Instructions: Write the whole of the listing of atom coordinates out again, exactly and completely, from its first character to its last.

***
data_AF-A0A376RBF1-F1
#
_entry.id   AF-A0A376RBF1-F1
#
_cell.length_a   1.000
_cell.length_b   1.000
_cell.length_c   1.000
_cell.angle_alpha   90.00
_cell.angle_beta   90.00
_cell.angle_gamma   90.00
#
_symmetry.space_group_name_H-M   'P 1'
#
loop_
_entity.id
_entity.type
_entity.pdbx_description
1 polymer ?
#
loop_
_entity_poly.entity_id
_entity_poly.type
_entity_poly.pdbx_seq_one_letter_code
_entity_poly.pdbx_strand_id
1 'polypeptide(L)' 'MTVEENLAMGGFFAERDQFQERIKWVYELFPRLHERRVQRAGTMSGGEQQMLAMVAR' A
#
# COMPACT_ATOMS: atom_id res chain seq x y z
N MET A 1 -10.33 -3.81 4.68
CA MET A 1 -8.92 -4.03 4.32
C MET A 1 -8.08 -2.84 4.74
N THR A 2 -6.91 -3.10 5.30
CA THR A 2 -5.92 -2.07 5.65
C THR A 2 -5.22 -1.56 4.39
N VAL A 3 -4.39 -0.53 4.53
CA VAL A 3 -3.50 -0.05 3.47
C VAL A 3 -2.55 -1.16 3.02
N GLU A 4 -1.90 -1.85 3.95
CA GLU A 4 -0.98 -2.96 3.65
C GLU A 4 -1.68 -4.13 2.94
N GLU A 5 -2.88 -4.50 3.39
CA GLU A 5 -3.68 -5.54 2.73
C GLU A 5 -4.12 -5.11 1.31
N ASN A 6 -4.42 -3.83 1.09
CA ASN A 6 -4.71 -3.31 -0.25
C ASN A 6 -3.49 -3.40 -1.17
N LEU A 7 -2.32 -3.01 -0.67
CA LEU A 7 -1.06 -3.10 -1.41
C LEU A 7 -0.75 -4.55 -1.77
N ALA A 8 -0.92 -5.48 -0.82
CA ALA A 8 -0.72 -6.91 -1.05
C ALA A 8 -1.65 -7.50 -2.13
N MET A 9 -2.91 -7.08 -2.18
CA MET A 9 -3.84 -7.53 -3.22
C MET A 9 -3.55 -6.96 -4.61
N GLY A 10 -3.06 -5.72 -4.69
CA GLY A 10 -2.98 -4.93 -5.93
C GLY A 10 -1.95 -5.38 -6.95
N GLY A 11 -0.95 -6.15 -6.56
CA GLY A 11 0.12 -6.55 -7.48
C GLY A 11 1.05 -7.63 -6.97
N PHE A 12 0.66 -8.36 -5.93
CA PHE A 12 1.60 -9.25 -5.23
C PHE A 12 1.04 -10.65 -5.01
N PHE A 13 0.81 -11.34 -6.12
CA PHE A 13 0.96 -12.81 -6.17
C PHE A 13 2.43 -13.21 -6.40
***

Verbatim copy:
data_AF-A0A376RBF1-F1
#
_entry.id   AF-A0A376RBF1-F1
#
_cell.length_a   1.000
_cell.length_b   1.000
_cell.length_c   1.000
_cell.angle_alpha   90.00
_cell.angle_beta   90.00
_cell.angle_gamma   90.00
#
_symmetry.space_group_name_H-M   'P 1'
#
loop_
_entity.id
_entity.type
_entity.pdbx_description
1 polymer ?
#
loop_
_entity_poly.entity_id
_entity_poly.type
_entity_poly.pdbx_seq_one_letter_code
_entity_poly.pdbx_strand_id
1 'polypeptide(L)' 'MTVEENLAMGGFFAERDQFQERIKWVYELFPRLHERRVQRAGTMSGGEQQMLAMVAR' A
#
# COMPACT_ATOMS: atom_id res chain seq x y z
N MET A 1 -10.33 -3.81 4.68
CA MET A 1 -8.92 -4.03 4.32
C MET A 1 -8.08 -2.84 4.74
N THR A 2 -6.91 -3.10 5.30
CA THR A 2 -5.92 -2.07 5.65
C THR A 2 -5.22 -1.56 4.39
N VAL A 3 -4.39 -0.53 4.53
CA VAL A 3 -3.50 -0.05 3.47
C VAL A 3 -2.55 -1.16 3.02
N GLU A 4 -1.90 -1.85 3.95
CA GLU A 4 -0.98 -2.96 3.65
C GLU A 4 -1.68 -4.13 2.94
N GLU A 5 -2.88 -4.50 3.39
CA GLU A 5 -3.68 -5.54 2.73
C GLU A 5 -4.12 -5.11 1.31
N ASN A 6 -4.42 -3.83 1.09
CA ASN A 6 -4.71 -3.31 -0.25
C ASN A 6 -3.49 -3.40 -1.17
N LEU A 7 -2.32 -3.01 -0.67
CA LEU A 7 -1.06 -3.10 -1.41
C LEU A 7 -0.75 -4.55 -1.77
N ALA A 8 -0.92 -5.48 -0.82
CA ALA A 8 -0.72 -6.91 -1.05
C ALA A 8 -1.65 -7.50 -2.13
N MET A 9 -2.91 -7.08 -2.18
CA MET A 9 -3.84 -7.53 -3.22
C MET A 9 -3.55 -6.96 -4.61
N GLY A 10 -3.06 -5.72 -4.69
CA GLY A 10 -2.98 -4.93 -5.93
C GLY A 10 -1.95 -5.38 -6.95
N GLY A 11 -0.95 -6.15 -6.56
CA GLY A 11 0.12 -6.55 -7.48
C GLY A 11 1.05 -7.63 -6.97
N PHE A 12 0.66 -8.36 -5.93
CA PHE A 12 1.60 -9.25 -5.23
C PHE A 12 1.04 -10.65 -5.01
N PHE A 13 0.81 -11.34 -6.12
CA PHE A 13 0.96 -12.81 -6.17
C PHE A 13 2.43 -13.21 -6.40